Yesterday, when I mentioned to my friend Diana that I had scheduled an appointment with a dog trainer for help working with Honey, she said with shock on her face, “What’s wrong with her?”
And when I reported her appalled reaction to another friend, Glenda replied, “Is she ok?”
Honey is A-Ok
Honey is a wonderful dog. She’s gentle. She never does anything really wrong. She’s eager to please.
But my long time readers know we’ve struggled with Honey’s confidence. She’s frightened of our bicycle cart. And since the cart is the only way we have of taking her to places too far to walk, we’re missing out on some activities we all really enjoy.
We also want to make sure Honey is comfortable on any future adventures we take.
So we decided to get some outside help.
What a Trainer Can Do That I Can’t
I’ve been muddling along for a while. There are some specific areas I could really use help with:
- Learning how to build Honey’s confidence (for whatever activities are in the future);
- Gaining new insights into how she views the world; and,
- Getting a judgment from a knowledgeable, outside observer about whether my expectations for her are realistic.
Yesterday, our trainer suggested a way forward that includes beginning agility work with Honey to boost her confidence. He also gave me some homework involving targeting with a clicker to build a foundation skill that would help her explore all kinds of new things. And he gave me a new way of thinking about making Honey comfortable with the bicycle cart.
After just our first session, I’ve come away with two insights that will reshape the way I work with and think about Honey.
- I need to offer Honey the chance to choose. And to understand that she has some control over what happens to her. I’ve been allowing her to choose the route on her walk. But I hadn’t given her many choices in our training work
- Honey is so anxious to please us that she will work through things she finds extremely stressful just to make us happy.
The second insight should have been obvious. But neither my people-pleasing husband or good-girl Pamela got it—despite both being people who will swallow a great deal of stress just to make others happy.
Do people get dogs who share their neuroses? (I think that’s a blog post for another day.)
Moving Forward in Training
I feel like we’ve found a good trainer, someone who is as gentle with us as he is with Honey. And someone with many years of training and experience.
If we don’t meet every goal we have for Honey, I’m confident that she’ll feel better for our work with her.
I wrote last year in Breakthroughs—The Lessons Come When You’re Ready to Learn Them about moments in my dog history that have moved me forward in new ways of understanding. I’m hoping this work with a trainer is my next breakthrough.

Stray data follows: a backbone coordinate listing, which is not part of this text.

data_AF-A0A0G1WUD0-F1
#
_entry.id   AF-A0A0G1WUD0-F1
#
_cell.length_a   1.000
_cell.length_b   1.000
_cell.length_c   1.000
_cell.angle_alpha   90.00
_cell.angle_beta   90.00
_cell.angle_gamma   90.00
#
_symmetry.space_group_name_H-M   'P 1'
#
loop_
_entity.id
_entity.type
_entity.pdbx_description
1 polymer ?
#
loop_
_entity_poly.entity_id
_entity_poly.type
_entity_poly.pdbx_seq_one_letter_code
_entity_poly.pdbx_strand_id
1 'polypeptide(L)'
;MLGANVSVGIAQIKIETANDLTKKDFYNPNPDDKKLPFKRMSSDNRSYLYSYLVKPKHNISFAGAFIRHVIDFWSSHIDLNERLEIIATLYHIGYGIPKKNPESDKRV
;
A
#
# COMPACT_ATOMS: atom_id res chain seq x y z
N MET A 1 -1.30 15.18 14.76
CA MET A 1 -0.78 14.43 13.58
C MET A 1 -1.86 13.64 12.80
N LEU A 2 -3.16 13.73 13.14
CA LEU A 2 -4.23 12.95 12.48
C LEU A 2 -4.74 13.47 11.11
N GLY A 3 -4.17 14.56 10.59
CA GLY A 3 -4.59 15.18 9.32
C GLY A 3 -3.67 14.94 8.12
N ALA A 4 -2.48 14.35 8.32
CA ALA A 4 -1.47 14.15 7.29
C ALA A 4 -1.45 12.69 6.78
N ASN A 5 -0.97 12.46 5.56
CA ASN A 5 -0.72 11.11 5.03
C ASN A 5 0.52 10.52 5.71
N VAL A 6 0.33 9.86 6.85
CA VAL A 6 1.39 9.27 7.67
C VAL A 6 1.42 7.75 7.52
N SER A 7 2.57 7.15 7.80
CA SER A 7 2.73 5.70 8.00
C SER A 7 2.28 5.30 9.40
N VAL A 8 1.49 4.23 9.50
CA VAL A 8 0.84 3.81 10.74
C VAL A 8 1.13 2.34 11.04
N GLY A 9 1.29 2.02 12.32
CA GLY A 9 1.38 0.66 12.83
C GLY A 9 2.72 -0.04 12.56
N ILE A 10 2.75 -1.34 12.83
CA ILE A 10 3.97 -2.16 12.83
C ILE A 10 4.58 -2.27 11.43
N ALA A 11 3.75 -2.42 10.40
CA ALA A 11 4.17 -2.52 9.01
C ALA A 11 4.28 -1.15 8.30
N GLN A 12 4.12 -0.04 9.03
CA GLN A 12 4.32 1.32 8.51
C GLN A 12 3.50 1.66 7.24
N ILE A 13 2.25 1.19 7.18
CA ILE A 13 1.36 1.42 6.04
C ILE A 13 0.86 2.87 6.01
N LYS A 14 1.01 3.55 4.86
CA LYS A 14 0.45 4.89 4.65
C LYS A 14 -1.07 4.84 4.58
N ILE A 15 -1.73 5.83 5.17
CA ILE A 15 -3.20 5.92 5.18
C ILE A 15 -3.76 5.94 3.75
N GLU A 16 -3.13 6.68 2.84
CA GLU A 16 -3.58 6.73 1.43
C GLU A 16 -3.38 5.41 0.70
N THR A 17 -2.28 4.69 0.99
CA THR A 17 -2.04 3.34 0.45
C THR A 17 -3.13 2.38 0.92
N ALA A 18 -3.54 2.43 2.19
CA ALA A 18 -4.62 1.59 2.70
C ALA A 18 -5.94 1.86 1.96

[I’d like to thank trainer Russ Hollier for granting his permission for me to write about our training sessions. It’s a big risk to allow yourself to be written about by one of those crazy internet people. I’m thankful for the opportunity to process our work together in writing.]
Time to Take Out the Trash
Against all odds, my nominee for Best City for Pet Travelers, Cape May, New Jersey, has made it into the final four. I’m facing a tough battle against Seattle, Washington for a place in the final bracket.
With three west coast American cities in the final four, I’m thinking there must be some kind of conspiracy going on here.
Now I don’t know much about conspiracy theories. But I’ve watched enough talking heads on Fox News and protestor signs outside the Supreme Court to know it usually involves Nazis, birth certificates, killing off old people, Socialism, stealing people’s guns, and affordable health care. (If you live outside the U.S. and don’t understand these references, be thankful!)
Is Seattle a more pet-friendly city than Cape May, New Jersey? Let’s look at the “facts”:
- I’ve already warned you about the potential problems of a wet, drizzly city filled with dogs. P.U.
- And what’s with all that coffee? Don’t people in Seattle know that caffeine is poisonous to dogs?
- After a decade of terrible music in the 1980s, I was grateful when grunge came on the national scene. But what about Alice in Chains? My friend has a dog named Alice. Is this a coded message that Seattle is hoping to lure dogs to their city to put them in chains? It sounds suspicious to me.
- Everyone brags about how Seattle allows dogs on their public transit system. But you’ve seen the movie Speed. Is the bus really the safest place for your pet? No one has ever made a film about being terrorized in a Cape May horse-drawn carriage or surrey bicycle.
I’ve never done this conspiracy thing before. Let’s see what we got:
Aliens must have brain-washed Amy and Rod Burkert of Go Pet Friendly to convince them to offer this pet-lover’s version of March Madness giving Seattle access to the attention of thousands of dog people.
At least some of those pet travelers decide to visit Seattle. However, when they step off the plane, they are overwhelmed by the permanent smell of wet dog that people from damp climates acclimate to. With the humans out of the way, Seattle coaxes the poor defenseless doggies to drink too much coffee. While they are ailing from the insidious drug, Seattle claps the dogs into chains and makes them board a bus traveling all over King County at not less than 50 miles an hour.
How’s that for a conspiracy?
Is it true? We may never know. But just to be on the safe side, vote for Cape May right now in the Best City for Pet Traveler’s Final Four.